So, we are going to have an economic summit. The question is, will it be the same old ideas and the same old rhetoric that we have been hearing from the administration and lawmakers?
It seems that one of the primary questions that summit participants need to ask before sitting down is whether or not they will be talking about tax reform or tax reduction. Elected officials are proud to point to tax reform as “structural changes” that will improve the economic and business climate. Translated that means let’s shift the burden around so that our constituents get a tax break. After all, they need the votes of their constituents.
For taxpayers, anything that looks like a tax break or tax reduction sounds good. But shifting the tax burden among taxpayers is a favorite past time of elected officials. One of the favorite targets is the visitor, supposedly because visitors don’t vote. Unfortunately, they do vote – in a way – by deciding not to come to Hawaii. The result is that when they don’t come to Hawaii, the one-third share that the visitor industry makes up of the state’s economic base begins to affect all the other sectors.
Thus, shifting the burden from one sector of the economy to another does not accomplish anything as it is the same amount of dollars being taken out of the economy. But this is indeed what lawmakers and administration officials strive for anytime they talk about tax reform, revenue neutrality. Revenue neutrality means that the tax measure won’t lose any money nor will it make any more.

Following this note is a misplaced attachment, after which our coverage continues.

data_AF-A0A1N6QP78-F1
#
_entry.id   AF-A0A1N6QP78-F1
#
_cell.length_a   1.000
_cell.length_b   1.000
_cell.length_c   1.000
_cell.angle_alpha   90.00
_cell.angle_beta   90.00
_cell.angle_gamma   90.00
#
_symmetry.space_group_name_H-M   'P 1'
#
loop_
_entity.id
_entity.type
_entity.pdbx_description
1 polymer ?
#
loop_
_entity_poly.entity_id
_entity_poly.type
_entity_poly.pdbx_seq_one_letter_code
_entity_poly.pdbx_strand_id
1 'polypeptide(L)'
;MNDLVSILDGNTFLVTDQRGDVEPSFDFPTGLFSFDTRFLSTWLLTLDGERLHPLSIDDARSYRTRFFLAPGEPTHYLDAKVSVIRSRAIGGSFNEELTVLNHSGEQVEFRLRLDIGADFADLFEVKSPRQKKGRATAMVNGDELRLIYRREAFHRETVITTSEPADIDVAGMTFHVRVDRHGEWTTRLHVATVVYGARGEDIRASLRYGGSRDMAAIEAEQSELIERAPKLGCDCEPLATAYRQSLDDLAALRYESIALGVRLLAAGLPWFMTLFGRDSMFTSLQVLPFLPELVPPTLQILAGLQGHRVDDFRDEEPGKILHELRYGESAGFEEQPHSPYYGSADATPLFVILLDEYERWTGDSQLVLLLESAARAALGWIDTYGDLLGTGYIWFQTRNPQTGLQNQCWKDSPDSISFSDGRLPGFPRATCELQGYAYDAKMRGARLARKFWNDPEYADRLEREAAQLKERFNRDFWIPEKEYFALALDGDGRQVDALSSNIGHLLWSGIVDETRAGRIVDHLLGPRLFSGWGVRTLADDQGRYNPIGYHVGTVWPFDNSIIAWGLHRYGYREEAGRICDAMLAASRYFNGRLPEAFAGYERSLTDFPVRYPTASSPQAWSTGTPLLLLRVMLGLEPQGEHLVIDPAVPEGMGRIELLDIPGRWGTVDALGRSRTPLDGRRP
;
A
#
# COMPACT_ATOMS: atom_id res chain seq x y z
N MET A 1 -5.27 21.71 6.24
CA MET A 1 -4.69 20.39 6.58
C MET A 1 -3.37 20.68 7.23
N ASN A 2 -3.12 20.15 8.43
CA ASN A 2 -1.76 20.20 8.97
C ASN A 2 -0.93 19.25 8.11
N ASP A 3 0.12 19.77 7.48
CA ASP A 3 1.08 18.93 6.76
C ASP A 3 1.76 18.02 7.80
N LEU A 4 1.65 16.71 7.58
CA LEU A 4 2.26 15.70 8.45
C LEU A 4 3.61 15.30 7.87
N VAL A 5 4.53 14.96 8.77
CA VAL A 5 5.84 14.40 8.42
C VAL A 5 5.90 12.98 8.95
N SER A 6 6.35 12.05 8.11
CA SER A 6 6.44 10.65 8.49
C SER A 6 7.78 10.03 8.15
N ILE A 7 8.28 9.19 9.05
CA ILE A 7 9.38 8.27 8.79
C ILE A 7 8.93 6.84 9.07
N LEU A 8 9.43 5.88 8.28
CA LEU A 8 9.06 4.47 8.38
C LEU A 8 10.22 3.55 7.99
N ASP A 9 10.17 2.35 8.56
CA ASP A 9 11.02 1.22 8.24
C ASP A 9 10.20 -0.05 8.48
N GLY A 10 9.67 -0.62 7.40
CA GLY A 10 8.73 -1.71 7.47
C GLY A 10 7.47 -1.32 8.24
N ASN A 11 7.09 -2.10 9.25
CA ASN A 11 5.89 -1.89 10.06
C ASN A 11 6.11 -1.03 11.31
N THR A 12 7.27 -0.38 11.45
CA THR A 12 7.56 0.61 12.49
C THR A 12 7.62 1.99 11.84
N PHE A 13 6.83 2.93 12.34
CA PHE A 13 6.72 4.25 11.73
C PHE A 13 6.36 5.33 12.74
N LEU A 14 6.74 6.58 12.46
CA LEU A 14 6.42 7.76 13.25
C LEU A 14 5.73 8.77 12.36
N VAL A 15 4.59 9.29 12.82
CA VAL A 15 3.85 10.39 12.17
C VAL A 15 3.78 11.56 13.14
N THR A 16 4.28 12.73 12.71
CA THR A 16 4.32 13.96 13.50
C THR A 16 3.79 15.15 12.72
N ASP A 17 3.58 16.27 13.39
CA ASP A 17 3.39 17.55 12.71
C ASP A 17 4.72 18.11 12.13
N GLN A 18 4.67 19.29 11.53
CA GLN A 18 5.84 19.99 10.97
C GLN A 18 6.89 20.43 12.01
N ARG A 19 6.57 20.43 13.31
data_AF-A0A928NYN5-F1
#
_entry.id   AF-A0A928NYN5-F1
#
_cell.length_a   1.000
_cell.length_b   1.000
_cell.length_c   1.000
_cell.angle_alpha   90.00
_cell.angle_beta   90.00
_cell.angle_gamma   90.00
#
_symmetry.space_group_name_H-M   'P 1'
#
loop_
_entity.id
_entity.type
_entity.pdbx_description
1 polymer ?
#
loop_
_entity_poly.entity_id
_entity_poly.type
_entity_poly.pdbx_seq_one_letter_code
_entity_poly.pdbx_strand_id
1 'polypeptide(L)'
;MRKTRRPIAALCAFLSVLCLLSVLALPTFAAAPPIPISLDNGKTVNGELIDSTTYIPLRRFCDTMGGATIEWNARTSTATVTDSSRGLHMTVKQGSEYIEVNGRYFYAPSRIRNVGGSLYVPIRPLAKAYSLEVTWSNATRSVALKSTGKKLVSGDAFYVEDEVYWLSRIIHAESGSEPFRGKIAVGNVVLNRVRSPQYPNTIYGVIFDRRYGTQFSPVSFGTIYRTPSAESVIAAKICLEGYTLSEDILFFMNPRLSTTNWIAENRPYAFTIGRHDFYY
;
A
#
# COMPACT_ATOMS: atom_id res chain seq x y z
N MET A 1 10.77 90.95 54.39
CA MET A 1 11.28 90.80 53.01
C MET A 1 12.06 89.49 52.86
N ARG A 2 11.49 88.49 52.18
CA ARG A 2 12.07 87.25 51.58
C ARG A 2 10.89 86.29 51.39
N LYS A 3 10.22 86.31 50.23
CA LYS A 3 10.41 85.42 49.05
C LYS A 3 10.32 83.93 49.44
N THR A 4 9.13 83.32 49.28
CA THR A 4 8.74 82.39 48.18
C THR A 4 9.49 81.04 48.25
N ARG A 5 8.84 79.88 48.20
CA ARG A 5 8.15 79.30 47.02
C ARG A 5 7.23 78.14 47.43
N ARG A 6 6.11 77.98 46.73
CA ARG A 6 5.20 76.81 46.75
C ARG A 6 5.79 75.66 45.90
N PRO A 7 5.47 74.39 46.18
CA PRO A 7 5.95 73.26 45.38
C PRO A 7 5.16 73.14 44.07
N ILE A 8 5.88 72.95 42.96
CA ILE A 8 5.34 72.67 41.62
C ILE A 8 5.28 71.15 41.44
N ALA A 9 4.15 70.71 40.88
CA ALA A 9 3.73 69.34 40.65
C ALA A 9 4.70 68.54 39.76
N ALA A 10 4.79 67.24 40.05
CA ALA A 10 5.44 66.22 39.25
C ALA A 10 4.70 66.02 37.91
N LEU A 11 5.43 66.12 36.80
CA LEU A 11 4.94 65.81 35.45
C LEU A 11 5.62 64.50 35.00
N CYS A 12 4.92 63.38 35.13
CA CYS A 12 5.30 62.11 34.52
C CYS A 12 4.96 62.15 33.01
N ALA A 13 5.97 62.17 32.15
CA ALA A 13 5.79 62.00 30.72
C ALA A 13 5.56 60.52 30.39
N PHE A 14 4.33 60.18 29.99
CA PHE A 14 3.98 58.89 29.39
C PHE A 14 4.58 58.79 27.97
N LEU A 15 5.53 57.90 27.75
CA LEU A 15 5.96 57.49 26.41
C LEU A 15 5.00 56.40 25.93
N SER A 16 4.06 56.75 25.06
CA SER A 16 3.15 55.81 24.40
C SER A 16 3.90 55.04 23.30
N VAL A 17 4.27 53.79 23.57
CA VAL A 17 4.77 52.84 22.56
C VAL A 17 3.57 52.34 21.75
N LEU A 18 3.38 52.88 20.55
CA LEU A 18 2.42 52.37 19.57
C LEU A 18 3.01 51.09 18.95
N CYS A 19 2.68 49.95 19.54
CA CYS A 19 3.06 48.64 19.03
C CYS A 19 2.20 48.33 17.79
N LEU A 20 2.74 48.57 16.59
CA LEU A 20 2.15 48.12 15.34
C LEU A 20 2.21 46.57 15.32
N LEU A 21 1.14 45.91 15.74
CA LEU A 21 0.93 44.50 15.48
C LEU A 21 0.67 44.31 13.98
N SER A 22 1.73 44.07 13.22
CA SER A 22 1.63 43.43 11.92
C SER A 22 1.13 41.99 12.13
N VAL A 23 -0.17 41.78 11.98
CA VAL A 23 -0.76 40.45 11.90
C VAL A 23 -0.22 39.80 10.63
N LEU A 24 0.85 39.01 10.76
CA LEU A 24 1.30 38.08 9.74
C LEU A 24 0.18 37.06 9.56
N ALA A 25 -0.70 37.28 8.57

But what is the point of talking about economic revitalization if it does not mean a reduction in the tax burden imposed on the state’s economy? If the state is taking ten dollars out of the economy now and after all of the summit’s exercise, the state will still take ten dollars out of the economy, what good will that do the economy?
No, it seems that one of the major reasons why businesses are closing and people are going into bankruptcy is that they cannot make a profit, that is enough money left over after paying all expenses and taxes so that they can keep the doors open. It is not only the direct taxes paid by the business, it is also the high cost of complying with government regulations as well as the high cost of the goods and services purchased by the business which in turn is affected by the same costs and taxes.
It seems that if the economic summit participants are to make this effort a worthwhile one, they need to start with the question of whether or not their efforts must comply with a “revenue neutral” mandate. If so, then their time would be better spent somewhere else.
The corollary to a reduction in tax burden must then be that government needs to do with less revenues in the meantime. Investing those dollars in the economy through tax reductions means reducing the amount of money flowing into the treasury. If that is the case, then government must either downsize or find more efficient ways of delivering public services.
Such a notion, certainly, will not be popular with those who represent public employees, but let’s face it, if nothing is done to rescue the state’s economy, we will all be looking for somewhere else to live and work and that includes public employees.